Building the Next-Generation Space Antenna
Team from University of Waterloo designs innovative antenna technology for M3MSat (Maritime Monitoring and Messaging Microsatellite)
Thanks to the cooperation of experts from government, industry and academia, M3MSat carries a cutting-edge Automatic Identification System (AIS) antenna to be tested in space. The result? A one-of-a-kind antenna (both physically and functionally) that promises to improve Canada's capability to monitor and manage marine traffic from space.
This is the story of how this small but powerful antenna was developed and how space projects push us to innovate!
The research and design team
The antenna was designed by a large academic team from the University of Waterloo's Centre for Intelligent Antenna and Radio Systems (CIARS) in close collaboration with industrial experts from COM DEV International (now Honeywell Canada) and space qualification testing specialists at the Canadian Space Agency's (CSA's) David Florida Laboratory (DFL). CIARS has some 35 to 40 active researchers, including 18 to 20 post-graduate students. Many of them were involved in this research. The core research team was made up of a principal investigator, a lead researcher and two PhD students.
Unique challenges call for unconventional solutions
Antenna design begins with a clear understanding of the specific situation, requirements and constraints. For this particular project, a number of challenges made the design very complex.
The team had to address the issues presented by
- coming up with a design that can sustain the space environment.
Did you know?
- The size of satellite antennas are related to the reception and transmission of wavelengths.
- There is a inverse relationship between frequency and wavelength.
- Low Frequency = Long Wavelength/red line in the diagram = Large Antenna
- High Frequency = Short Wavelength/blue line in the diagram = Small Antenna
1. Conflicting Design Requirements: Small is smart!
Develop an antenna design that:
Development of a unique design made of four spiral slots backed by a shallow metallic cavity:
The result: Eureka!
A compact antenna that can receive ship AIS signals from all directions and in a redundant fashion such that even if half the antenna fails, it will still receive all the AIS signals albeit with a weaker signal strength. As opposed to current simple AIS antennas (think of straight antennas on cars), the M3MSat AIS spiral antenna has also been specifically optimized for horizon-to-horizon coverage without any holes that could prevent some AIS signals from being received.
2. Antenna measurement challenges: On the same wavelength!
The team encountered two key challenges when measuring and testing the antenna. First, because the actual body of the satellite has an impact on the antenna pattern and performance, the whole system had to be tested together (i.e. with the antenna on the satellite). Second, since the AIS frequency is relatively low, it results in a long wavelength that requires a very large anechoic chamber to verify the antenna performance. Although CIARS and COM DEV Ltd. both have antenna testing facilities, the team needed a bigger one.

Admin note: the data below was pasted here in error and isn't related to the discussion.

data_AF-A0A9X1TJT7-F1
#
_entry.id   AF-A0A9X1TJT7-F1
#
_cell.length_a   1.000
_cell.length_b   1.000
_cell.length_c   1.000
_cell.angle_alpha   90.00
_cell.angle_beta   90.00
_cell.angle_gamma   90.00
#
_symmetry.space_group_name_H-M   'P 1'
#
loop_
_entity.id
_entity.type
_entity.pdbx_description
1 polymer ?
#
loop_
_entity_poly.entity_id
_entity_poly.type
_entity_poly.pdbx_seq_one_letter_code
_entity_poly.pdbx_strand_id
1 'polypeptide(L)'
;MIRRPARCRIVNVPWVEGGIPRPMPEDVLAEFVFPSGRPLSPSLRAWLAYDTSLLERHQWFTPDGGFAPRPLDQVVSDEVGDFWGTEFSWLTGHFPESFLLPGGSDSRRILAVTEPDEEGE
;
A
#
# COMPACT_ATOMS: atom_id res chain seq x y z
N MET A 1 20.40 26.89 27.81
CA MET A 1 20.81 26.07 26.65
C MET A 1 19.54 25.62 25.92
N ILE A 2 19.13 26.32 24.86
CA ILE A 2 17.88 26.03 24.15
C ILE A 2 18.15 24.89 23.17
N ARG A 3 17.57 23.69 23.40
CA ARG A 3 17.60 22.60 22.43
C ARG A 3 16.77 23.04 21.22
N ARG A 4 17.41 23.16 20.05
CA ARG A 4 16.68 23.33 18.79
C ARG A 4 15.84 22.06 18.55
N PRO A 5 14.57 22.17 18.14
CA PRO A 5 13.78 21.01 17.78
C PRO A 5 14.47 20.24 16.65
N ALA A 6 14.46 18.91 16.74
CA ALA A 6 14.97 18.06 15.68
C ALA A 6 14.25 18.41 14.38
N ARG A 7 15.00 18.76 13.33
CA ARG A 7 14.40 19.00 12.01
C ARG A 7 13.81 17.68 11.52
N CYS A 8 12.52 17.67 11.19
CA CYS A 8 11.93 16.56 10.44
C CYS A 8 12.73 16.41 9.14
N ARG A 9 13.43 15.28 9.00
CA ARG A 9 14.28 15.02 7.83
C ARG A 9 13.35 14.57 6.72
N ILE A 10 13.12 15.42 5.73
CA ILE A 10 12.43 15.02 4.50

Ultimately, the antenna was tested using a mock-up of the satellite at the CSA's DFL, located in Ottawa. The DFL's largest anechoic chamber made it possible to measure the antenna on the replica of the satellite.
3. Unique requirements for space antennas: Shake it up!
When building a satellite or any hardware that will operate in space, there are unique challenges to consider: the hostile space environment and the extreme vibrations experienced during launch. To minimize these risks, all space components are subject to a series of space qualification testing.
In this case, the "space" requirement imposed serious constraints on the overall design of the antenna. Structural qualification tests (particularly those related to shock resistance) prevented the team from using some of the most common interconnection techniques and circuit structures. This aspect of the project made the design much more complex and led to a few design modifications along the way. In fact, two engineering model designs did not pass the space qualification tests. But in the end, the final design made it through and was declared space qualified.
Learning through collaboration and innovation
The challenges of this mission brought together the unique strengths of the different players. Government provided the vision and identified the requirements for the project; a strong science and research component was steered by academia; and industry provided leadership in managing the complex and subtle expertise required to deliver M3MSat.
For more information:
- Maritime Monitoring and Messaging Microsatellite (M3MSat)
- Centre for Intelligent Antenna and Radio Systems
- COM DEV Missions group
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